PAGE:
What’s in the 2010 Federal Budget?

Last week, President Obama and his administration released their proposal for the fiscal year 2010 (October 1, 2009- September 30, 2010) federal budget. Investments in early education, which have long been part of President Obama’s vision for reforming education (see previous blog entry), were prominent in the proposal. Although the proposal includes a decrease in funding for one program- Title 1 Grants to Local Educational Agencies (LEAs)- and the elimination of the Even Start program, five new federal early education programs were included. These new programs include: Title 1 Early Childhood Grants, Early Learning Challenge Fund, Early Literacy Grants, Promise Neighborhoods (read more here), and Home Visitation.

Some specific proposed program funding amounts for 2010 are:
Title 1 (Grants to LEAs): $12,992,400,000 nationally, $190,572,741 for Wisconsin. This is a $1.5 trillion decrease from the 2009 funding level.
Title 1 (Early Childhood Grants): $500,000,000 nationally, $7,264,093 for Wisconsin. This is a new program and therefore a $500 million increase from the 2009 funding level.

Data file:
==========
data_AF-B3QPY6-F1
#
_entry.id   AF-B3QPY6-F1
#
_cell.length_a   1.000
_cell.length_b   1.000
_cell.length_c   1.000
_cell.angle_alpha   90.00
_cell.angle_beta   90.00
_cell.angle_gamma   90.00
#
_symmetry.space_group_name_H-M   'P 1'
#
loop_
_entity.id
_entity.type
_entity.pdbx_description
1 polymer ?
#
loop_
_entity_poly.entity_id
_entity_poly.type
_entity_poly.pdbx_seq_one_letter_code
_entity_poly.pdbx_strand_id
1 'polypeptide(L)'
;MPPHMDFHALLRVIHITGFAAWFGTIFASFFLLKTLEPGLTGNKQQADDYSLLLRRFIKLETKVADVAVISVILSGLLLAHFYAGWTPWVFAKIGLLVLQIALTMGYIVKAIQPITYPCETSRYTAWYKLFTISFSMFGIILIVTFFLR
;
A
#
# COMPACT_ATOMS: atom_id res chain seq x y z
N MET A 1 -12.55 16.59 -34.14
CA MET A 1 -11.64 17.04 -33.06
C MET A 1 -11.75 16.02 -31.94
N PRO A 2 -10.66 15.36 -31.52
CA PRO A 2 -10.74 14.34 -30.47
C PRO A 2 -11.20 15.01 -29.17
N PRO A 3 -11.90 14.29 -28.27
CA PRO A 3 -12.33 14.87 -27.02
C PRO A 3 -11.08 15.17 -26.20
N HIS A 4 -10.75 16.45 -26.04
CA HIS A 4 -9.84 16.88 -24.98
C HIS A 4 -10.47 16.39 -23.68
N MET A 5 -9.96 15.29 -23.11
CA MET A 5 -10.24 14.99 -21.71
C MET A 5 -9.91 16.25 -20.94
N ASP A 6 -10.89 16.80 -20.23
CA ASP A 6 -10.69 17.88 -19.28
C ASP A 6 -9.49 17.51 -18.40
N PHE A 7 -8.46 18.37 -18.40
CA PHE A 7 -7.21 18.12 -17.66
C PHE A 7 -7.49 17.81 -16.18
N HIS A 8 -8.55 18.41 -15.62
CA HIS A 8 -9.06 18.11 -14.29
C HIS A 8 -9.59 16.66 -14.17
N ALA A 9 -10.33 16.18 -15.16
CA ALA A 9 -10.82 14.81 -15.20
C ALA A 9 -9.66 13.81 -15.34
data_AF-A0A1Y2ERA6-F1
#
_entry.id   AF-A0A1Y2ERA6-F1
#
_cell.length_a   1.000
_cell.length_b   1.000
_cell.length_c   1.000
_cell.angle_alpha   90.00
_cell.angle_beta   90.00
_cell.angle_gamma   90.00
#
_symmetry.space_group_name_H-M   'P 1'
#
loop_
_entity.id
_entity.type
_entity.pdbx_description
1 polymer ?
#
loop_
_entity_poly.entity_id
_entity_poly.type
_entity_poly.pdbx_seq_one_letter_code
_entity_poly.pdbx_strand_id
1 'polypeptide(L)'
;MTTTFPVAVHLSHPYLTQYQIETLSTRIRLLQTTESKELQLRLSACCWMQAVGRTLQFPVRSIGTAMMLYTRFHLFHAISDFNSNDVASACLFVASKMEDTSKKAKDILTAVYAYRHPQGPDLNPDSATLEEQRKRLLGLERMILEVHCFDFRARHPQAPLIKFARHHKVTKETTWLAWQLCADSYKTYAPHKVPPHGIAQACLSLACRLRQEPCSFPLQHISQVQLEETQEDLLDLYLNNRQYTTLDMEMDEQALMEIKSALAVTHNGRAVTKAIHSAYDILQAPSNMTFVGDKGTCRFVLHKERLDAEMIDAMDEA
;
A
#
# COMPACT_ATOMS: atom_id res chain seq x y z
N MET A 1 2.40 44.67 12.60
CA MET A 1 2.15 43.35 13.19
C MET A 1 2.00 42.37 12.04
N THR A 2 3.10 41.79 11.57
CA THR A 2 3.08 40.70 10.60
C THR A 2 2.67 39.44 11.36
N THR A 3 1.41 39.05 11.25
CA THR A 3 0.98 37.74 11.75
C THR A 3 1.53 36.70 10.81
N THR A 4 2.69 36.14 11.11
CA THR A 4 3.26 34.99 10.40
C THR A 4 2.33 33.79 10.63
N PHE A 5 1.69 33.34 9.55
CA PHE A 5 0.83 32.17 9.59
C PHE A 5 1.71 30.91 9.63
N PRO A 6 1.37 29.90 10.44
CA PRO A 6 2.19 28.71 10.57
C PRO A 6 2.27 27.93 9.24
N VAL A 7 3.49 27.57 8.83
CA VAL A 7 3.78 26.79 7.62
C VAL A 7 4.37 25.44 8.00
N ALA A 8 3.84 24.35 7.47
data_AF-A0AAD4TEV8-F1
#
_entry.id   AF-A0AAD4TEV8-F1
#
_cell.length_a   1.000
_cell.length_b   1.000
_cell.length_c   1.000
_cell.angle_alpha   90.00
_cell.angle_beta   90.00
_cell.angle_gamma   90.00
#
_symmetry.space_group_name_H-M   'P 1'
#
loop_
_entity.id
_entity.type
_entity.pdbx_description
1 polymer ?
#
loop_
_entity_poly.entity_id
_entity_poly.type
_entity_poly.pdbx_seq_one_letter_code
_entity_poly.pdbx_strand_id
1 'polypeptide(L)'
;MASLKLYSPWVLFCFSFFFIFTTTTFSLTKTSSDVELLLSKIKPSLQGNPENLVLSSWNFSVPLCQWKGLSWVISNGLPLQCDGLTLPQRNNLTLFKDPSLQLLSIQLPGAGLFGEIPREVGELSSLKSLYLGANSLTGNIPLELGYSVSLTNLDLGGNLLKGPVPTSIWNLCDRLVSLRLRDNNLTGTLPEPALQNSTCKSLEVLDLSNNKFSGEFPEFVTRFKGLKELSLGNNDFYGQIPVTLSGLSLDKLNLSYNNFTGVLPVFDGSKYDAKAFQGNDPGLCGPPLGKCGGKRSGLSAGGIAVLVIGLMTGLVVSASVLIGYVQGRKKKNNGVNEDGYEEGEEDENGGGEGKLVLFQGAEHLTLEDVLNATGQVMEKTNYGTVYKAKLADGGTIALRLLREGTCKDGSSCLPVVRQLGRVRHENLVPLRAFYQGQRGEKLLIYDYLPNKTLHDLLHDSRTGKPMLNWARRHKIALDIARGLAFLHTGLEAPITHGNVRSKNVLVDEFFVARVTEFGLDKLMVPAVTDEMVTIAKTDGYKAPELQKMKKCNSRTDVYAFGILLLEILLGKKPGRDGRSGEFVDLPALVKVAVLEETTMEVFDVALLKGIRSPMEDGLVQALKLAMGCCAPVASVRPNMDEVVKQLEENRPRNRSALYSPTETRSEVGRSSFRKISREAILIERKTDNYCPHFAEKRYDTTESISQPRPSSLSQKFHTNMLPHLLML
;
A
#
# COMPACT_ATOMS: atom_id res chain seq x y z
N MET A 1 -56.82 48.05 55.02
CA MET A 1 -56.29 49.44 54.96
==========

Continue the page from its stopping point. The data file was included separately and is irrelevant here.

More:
CCDBG: $2,127,000,000 nationally. Flat funding from 2009.
Head Start: $6,514,000,000 nationally. This is a $111 million increase from the 2009 funding level.
Early Head Start: $721,000,000 nationally. This is an $11 million increase from the 2009 funding level.
Early Learning Challenge Program: $300,000,000 nationally. This is a new program and therefore a $300 million increase from the 2009 funding level.
Promise Neighborhoods: $10 million nationally. This is a new program and therefore a $10 million increase from the 2009 funding level.
Special Education Grants (Preschool): $374,100,000 nationally, $9,322,199 for Wisconsin. Flat funding from 2009.
Early Reading First: $162,500,000 nationally. This is a $50 million increase from the 2009 funding level.
Early Literacy Grants: $300,000,000 nationally. This is a new program and therefore a $300 million increase from the 2009 funding level.

**Although the proposed funding for these programs may not appear to make a significant increase in early education investments, it is important to remember that stimulus dollars will continue to add funding in these areas during 2010.

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